Strange Tales from Liaozhai - Vol. 2
The weird and whimsical short stories in Strange Tales from Liaozhai show their author, Pu Songling (1640-1715), to be both an explorer of the macabre, like Edgar Allan Poe, and a moralist, like Aesop. In this first complete translation of the collection's 494 stories into English, readers will encounter supernatural creatures, natural disasters, magical aspects of Buddhist and Daoist spirituality, and a wide range of Chinese folklore. Annotations are provided to clarify unfamiliar references or cultural allusions, and introductory essays have been included to explain facets of Pu Songling's work and to provide context for some of the unique qualities of his uncanny tales.
This is the second of 6 volumes.
Results 1-5 of 6
According to Chinese tradition, these tales are not without precedent in the real
world: the artist, Zhang Xiaoshi, whose career spanned the late seventh and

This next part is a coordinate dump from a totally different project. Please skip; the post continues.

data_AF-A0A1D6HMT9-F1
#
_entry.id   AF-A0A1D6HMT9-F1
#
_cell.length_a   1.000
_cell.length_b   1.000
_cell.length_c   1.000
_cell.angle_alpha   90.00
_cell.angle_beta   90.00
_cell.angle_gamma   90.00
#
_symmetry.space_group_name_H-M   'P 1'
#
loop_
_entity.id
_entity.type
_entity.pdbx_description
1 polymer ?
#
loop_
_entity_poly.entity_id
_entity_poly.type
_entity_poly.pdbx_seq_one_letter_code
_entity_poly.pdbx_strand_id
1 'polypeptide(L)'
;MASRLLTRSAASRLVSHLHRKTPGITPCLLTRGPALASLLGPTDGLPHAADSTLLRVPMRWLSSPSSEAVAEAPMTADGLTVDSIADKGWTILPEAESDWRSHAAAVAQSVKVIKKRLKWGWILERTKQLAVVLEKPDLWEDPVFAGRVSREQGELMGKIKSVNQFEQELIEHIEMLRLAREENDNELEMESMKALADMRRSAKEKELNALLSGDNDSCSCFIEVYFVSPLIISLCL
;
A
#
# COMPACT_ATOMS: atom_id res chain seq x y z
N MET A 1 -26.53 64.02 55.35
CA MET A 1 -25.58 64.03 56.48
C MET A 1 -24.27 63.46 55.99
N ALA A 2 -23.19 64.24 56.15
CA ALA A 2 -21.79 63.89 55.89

early eighth centuries, not only created paintings of the underworld, but
according to ...
Startled, Zhang jumped up and asked what had happened. The girl replied, “I
could sense your feelings towards me, and I couldn't help but forget the usual
concerns about reputation and run here to meet you.” Zhang was overjoyed, and
As Zhang was just about to leave to take the provincial examination, the girl told
him, “You have no luck, so it will be a futile effort for you to go there and take the
exam.” After listening to her words, he didn't go after all. Four or five years passed
her parents asked her why and she frankly told them she was waiting for Zhang
to appear for an appointment that had been set up in her previous incarnation.
When they totaled up his age, her parents roared with laughter and said, “How
father had deceived her. Lu swore that it was Zhang. The girl said nothing and
wouldn't stop weeping. Lu went back outside, feeling dejected, and informed his
guest that the situation had changed and he could no longer invite him to stay.